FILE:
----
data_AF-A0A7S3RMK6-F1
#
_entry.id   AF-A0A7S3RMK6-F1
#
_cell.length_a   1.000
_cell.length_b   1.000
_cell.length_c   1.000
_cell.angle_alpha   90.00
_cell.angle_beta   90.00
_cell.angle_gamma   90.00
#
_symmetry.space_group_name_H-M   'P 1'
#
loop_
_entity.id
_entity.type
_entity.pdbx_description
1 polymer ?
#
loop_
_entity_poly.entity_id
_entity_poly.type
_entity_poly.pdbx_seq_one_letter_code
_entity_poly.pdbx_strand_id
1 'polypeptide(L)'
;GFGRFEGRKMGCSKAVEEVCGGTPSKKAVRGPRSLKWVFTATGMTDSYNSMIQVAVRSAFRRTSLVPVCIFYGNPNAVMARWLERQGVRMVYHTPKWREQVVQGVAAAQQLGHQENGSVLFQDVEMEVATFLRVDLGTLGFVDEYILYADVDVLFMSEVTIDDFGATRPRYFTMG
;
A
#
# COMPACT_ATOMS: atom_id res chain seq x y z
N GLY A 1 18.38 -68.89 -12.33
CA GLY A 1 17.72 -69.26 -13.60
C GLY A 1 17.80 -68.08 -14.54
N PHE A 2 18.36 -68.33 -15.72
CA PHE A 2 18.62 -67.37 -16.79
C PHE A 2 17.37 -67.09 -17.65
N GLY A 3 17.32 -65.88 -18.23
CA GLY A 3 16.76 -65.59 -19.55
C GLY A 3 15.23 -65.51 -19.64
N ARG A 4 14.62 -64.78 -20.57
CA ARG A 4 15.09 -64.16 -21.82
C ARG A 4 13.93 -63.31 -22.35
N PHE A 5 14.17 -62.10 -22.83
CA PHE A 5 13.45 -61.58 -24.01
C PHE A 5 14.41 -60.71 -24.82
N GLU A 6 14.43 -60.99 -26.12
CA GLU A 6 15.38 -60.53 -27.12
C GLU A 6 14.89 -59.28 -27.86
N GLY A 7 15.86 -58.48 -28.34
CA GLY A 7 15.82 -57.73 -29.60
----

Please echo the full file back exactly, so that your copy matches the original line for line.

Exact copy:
data_AF-A0A7S3RMK6-F1
#
_entry.id   AF-A0A7S3RMK6-F1
#
_cell.length_a   1.000
_cell.length_b   1.000
_cell.length_c   1.000
_cell.angle_alpha   90.00
_cell.angle_beta   90.00
_cell.angle_gamma   90.00
#
_symmetry.space_group_name_H-M   'P 1'
#
loop_
_entity.id
_entity.type
_entity.pdbx_description
1 polymer ?
#
loop_
_entity_poly.entity_id
_entity_poly.type
_entity_poly.pdbx_seq_one_letter_code
_entity_poly.pdbx_strand_id
1 'polypeptide(L)'
;GFGRFEGRKMGCSKAVEEVCGGTPSKKAVRGPRSLKWVFTATGMTDSYNSMIQVAVRSAFRRTSLVPVCIFYGNPNAVMARWLERQGVRMVYHTPKWREQVVQGVAAAQQLGHQENGSVLFQDVEMEVATFLRVDLGTLGFVDEYILYADVDVLFMSEVTIDDFGATRPRYFTMG
;
A
#
# COMPACT_ATOMS: atom_id res chain seq x y z
N GLY A 1 18.38 -68.89 -12.33
CA GLY A 1 17.72 -69.26 -13.60
C GLY A 1 17.80 -68.08 -14.54
N PHE A 2 18.36 -68.33 -15.72
CA PHE A 2 18.62 -67.37 -16.79
C PHE A 2 17.37 -67.09 -17.65
N GLY A 3 17.32 -65.88 -18.23
CA GLY A 3 16.76 -65.59 -19.55
C GLY A 3 15.23 -65.51 -19.64
N ARG A 4 14.62 -64.78 -20.57
CA ARG A 4 15.09 -64.16 -21.82
C ARG A 4 13.93 -63.31 -22.35
N PHE A 5 14.17 -62.10 -22.83
CA PHE A 5 13.45 -61.58 -24.01
C PHE A 5 14.41 -60.71 -24.82
N GLU A 6 14.43 -60.99 -26.12
CA GLU A 6 15.38 -60.53 -27.12
C GLU A 6 14.89 -59.28 -27.86
N GLY A 7 15.86 -58.48 -28.34
CA GLY A 7 15.82 -57.73 -29.60